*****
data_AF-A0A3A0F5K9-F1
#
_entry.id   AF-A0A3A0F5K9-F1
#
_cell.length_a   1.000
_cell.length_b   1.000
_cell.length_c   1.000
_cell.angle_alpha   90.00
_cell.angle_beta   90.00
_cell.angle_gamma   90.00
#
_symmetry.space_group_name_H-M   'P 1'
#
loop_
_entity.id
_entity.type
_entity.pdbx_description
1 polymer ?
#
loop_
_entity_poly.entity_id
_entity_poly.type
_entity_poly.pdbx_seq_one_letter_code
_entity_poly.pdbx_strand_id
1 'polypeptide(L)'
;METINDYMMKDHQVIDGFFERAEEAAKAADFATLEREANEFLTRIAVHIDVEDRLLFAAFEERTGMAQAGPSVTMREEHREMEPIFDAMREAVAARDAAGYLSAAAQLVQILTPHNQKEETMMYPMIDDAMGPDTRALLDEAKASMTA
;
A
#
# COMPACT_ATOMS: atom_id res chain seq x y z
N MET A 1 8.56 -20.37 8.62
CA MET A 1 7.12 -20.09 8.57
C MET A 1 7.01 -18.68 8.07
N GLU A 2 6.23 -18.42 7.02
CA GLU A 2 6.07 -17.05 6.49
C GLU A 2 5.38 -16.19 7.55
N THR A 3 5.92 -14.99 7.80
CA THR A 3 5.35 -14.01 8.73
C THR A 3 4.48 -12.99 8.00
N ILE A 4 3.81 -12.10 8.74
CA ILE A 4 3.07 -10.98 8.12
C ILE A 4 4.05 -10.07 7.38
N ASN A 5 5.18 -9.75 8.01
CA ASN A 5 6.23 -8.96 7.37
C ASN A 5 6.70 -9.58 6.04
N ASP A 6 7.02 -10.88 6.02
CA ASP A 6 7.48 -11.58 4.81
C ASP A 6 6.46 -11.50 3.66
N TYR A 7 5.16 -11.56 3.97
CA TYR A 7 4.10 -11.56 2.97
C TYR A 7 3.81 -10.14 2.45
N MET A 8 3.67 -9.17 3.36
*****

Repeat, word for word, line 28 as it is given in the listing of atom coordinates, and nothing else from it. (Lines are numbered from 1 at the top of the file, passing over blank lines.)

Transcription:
A